Wednesday, February 02, 2011

Edward Vallance - A Radical History of Britain

Before anything else is said about this book, the author should be congratulated at the very least, for attempting this monumental task. Anyone trying to get to grips with almost 800 or so years of radical history has set themselves an enormous job. To cover everything, even in 551 pages would be almost impossible, to do what is covered justice would take a historian of some note.

What is good about this book then, is the sense of rescuing a hidden history. The moments in Britain's past when men and women took it on themselves to attempt to change their world. Sometimes this was in small ways - local protests and uprisings. Sometimes they tried to overturn the whole world order. And we should learn this history - the story of the Peasant Revolt of 1381 has its lessons for today (don't trust the ruling class when they are forced to negotiate) for instance. To bring the stories of the English Revolution, the Levellers and the Diggers, the struggle for the vote, the battles for rights and justices is an important task. I hope that many people learn about these struggles from Vallance's book and take the time to delve deeper.

That said, the book itself is an immense disappointment. In part this is because the book is so large in its scope. Important points of history often receive only the briefest of mentions (more on that later) and sometimes Vallance (as with his discussion on the English Revolution) sticks to a very mainstream retelling of the history.

Another problem is the author's focus. All too often this radical history is a history of key figures or big names. I rarely felt I was hearing the voices of the ordinary people most affected by what was going on. That's not to say that people like Tom Paine, the Pankhurst's or the leading names of the Revolution aren't important. But moments of great radical change come because there are social forces moving, and they move because of other factors.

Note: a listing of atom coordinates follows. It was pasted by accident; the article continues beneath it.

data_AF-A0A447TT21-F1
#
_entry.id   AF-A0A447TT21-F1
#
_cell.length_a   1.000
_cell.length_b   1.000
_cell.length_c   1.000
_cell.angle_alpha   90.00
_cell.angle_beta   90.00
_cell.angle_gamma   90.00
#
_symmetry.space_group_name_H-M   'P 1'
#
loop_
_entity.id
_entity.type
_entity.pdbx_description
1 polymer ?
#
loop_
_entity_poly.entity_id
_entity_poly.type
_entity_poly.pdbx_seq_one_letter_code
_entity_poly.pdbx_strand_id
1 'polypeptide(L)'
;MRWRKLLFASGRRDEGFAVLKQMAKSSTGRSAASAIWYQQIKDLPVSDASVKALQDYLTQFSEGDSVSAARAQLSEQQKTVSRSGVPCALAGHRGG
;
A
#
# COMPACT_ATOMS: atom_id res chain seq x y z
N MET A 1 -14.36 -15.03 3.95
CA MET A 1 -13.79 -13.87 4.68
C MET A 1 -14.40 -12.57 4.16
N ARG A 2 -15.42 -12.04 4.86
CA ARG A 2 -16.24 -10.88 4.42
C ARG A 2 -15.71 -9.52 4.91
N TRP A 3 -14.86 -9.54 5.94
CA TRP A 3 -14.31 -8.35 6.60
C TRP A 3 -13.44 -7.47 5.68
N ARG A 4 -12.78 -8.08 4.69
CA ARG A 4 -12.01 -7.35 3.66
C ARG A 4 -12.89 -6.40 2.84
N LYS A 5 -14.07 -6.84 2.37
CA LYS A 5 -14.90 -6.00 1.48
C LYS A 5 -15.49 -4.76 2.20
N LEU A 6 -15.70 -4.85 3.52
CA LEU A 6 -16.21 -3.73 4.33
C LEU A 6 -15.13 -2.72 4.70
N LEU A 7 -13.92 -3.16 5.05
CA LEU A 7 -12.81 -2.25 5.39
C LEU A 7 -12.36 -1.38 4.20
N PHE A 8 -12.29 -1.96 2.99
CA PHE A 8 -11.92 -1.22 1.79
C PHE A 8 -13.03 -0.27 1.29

Why did women want the vote? What made people join Cromwell's forces? How come people marched to Trafalgar Square to demand the right to assemble in the 1890s, but not 10 years before hand?

To be fair, Vallance might say he wasn't writing a "People's History". That's a point, but by definition a radical history has as it's focus, changes to the system that are in the interests of the ordinary people at the bottom of society, rather than those at the top. But even so Vallance is selective in his choice of important radicals. William Morris gets a few pages, the Pankhurst's get whole chapters. King Alfred, rather bizarrely gets a good chunk. But there are strange omissions - George Lansbury gets a couple of oblique mentions, despite putting himself at the head of one of the largest radical revolts in recent history.  John McLean gets a passing mention (Scotland is barely discussed) and Communist MPs like Phil Piratin or William Gallacher, who lead real mass movements, aren't discussed.

Perhaps these references reflect my own orientation on the history of Britain as seen through the eyes of a Trotskyist. But what about such figures as Owain Glyndŵr or William Wallace who must surely fit into the broadest definition of radical. Even Gordon Brown is referrenced more times than William Wilberforce (a figure that most liberal historians would consider fairly radical - Wilberforce that is, not Brown). Actually it's a great crime that the entire struggle against Slavery is missing.

Then there is the detail. It shold be said that the book gets worse the closer we get to contemporary times. The earliest chapters, particular those on the Peasants Revolt and the periods around the French Revolution are well written, though the chronic lack of references makes it difficult to learn more. The chapter on the English Revolution is very complex and difficult. If you don't know anything about this particular period, it is not a good place to start at all, painted as it is as a battle dominated by religious arguments.

But because Vallance doesn't start from what's happening in wider society, but begins with the individuals at the head of movements he comes unstuck. The struggle for Women's liberation for him, is dominated by the arguments between the militants and the rest of the movement. He concludes that militant action fails to deliver and becomes a hindrance and ends up with a position that implicitly argues that the Suffragettes had to wait for a more friendly government to arrive. No to a point this is true, but what Vallance misses is that the radical militancy stemmed from a movement that had failed to mobilise the mass of working people into it's orbit.